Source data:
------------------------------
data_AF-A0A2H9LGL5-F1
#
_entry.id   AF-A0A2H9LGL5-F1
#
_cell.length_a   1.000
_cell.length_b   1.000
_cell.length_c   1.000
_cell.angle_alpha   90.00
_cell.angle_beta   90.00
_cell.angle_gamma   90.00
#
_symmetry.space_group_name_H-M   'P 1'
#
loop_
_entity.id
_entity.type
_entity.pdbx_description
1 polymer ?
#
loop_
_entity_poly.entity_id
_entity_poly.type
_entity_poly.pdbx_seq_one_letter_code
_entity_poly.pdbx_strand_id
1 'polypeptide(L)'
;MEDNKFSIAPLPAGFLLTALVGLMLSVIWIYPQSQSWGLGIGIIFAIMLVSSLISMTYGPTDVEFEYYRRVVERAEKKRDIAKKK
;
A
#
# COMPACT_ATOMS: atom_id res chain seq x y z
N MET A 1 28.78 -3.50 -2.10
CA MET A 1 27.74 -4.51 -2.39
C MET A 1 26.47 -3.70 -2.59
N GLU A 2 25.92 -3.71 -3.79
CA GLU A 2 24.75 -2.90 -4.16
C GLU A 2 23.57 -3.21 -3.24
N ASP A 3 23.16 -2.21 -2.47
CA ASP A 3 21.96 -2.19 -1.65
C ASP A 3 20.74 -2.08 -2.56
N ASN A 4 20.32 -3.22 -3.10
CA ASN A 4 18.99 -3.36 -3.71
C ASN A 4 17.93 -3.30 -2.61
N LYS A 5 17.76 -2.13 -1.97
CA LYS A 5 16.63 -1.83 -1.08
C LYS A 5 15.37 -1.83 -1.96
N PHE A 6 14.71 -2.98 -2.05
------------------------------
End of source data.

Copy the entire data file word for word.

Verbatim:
data_AF-A0A2H9LGL5-F1
#
_entry.id   AF-A0A2H9LGL5-F1
#
_cell.length_a   1.000
_cell.length_b   1.000
_cell.length_c   1.000
_cell.angle_alpha   90.00
_cell.angle_beta   90.00
_cell.angle_gamma   90.00
#
_symmetry.space_group_name_H-M   'P 1'
#
loop_
_entity.id
_entity.type
_entity.pdbx_description
1 polymer ?
#
loop_
_entity_poly.entity_id
_entity_poly.type
_entity_poly.pdbx_seq_one_letter_code
_entity_poly.pdbx_strand_id
1 'polypeptide(L)'
;MEDNKFSIAPLPAGFLLTALVGLMLSVIWIYPQSQSWGLGIGIIFAIMLVSSLISMTYGPTDVEFEYYRRVVERAEKKRDIAKKK
;
A
#
# COMPACT_ATOMS: atom_id res chain seq x y z
N MET A 1 28.78 -3.50 -2.10
CA MET A 1 27.74 -4.51 -2.39
C MET A 1 26.47 -3.70 -2.59
N GLU A 2 25.92 -3.71 -3.79
CA GLU A 2 24.75 -2.90 -4.16
C GLU A 2 23.57 -3.21 -3.24
N ASP A 3 23.16 -2.21 -2.47
CA ASP A 3 21.96 -2.19 -1.65
C ASP A 3 20.74 -2.08 -2.56
N ASN A 4 20.32 -3.22 -3.10
CA ASN A 4 18.99 -3.36 -3.71
C ASN A 4 17.93 -3.30 -2.61
N LYS A 5 17.76 -2.13 -1.97
CA LYS A 5 16.63 -1.83 -1.08
C LYS A 5 15.37 -1.83 -1.96
N PHE A 6 14.71 -2.98 -2.05